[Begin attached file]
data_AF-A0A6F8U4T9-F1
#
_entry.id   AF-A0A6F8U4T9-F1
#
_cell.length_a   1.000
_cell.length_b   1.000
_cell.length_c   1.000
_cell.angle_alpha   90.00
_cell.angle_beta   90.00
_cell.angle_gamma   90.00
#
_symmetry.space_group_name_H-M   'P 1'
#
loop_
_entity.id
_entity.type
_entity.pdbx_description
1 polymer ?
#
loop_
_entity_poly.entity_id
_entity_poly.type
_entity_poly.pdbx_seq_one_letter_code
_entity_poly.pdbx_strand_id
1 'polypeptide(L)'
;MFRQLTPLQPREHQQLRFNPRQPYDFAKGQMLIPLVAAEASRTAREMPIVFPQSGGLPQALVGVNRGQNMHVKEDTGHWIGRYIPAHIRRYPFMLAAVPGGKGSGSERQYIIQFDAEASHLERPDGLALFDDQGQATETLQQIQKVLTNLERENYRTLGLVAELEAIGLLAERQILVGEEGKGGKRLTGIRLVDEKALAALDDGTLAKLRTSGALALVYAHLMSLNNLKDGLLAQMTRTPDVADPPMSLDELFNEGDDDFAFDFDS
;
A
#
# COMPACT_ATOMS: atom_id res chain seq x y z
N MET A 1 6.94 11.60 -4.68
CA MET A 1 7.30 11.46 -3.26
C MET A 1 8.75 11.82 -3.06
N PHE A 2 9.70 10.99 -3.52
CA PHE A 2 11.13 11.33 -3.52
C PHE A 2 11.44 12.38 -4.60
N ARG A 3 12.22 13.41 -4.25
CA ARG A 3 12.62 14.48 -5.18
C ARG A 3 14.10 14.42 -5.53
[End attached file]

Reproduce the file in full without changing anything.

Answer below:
data_AF-A0A6F8U4T9-F1
#
_entry.id   AF-A0A6F8U4T9-F1
#
_cell.length_a   1.000
_cell.length_b   1.000
_cell.length_c   1.000
_cell.angle_alpha   90.00
_cell.angle_beta   90.00
_cell.angle_gamma   90.00
#
_symmetry.space_group_name_H-M   'P 1'
#
loop_
_entity.id
_entity.type
_entity.pdbx_description
1 polymer ?
#
loop_
_entity_poly.entity_id
_entity_poly.type
_entity_poly.pdbx_seq_one_letter_code
_entity_poly.pdbx_strand_id
1 'polypeptide(L)'
;MFRQLTPLQPREHQQLRFNPRQPYDFAKGQMLIPLVAAEASRTAREMPIVFPQSGGLPQALVGVNRGQNMHVKEDTGHWIGRYIPAHIRRYPFMLAAVPGGKGSGSERQYIIQFDAEASHLERPDGLALFDDQGQATETLQQIQKVLTNLERENYRTLGLVAELEAIGLLAERQILVGEEGKGGKRLTGIRLVDEKALAALDDGTLAKLRTSGALALVYAHLMSLNNLKDGLLAQMTRTPDVADPPMSLDELFNEGDDDFAFDFDS
;
A
#
# COMPACT_ATOMS: atom_id res chain seq x y z
N MET A 1 6.94 11.60 -4.68
CA MET A 1 7.30 11.46 -3.26
C MET A 1 8.75 11.82 -3.06
N PHE A 2 9.70 10.99 -3.52
CA PHE A 2 11.13 11.33 -3.52
C PHE A 2 11.44 12.38 -4.60
N ARG A 3 12.22 13.41 -4.25
CA ARG A 3 12.62 14.48 -5.18
C ARG A 3 14.10 14.42 -5.53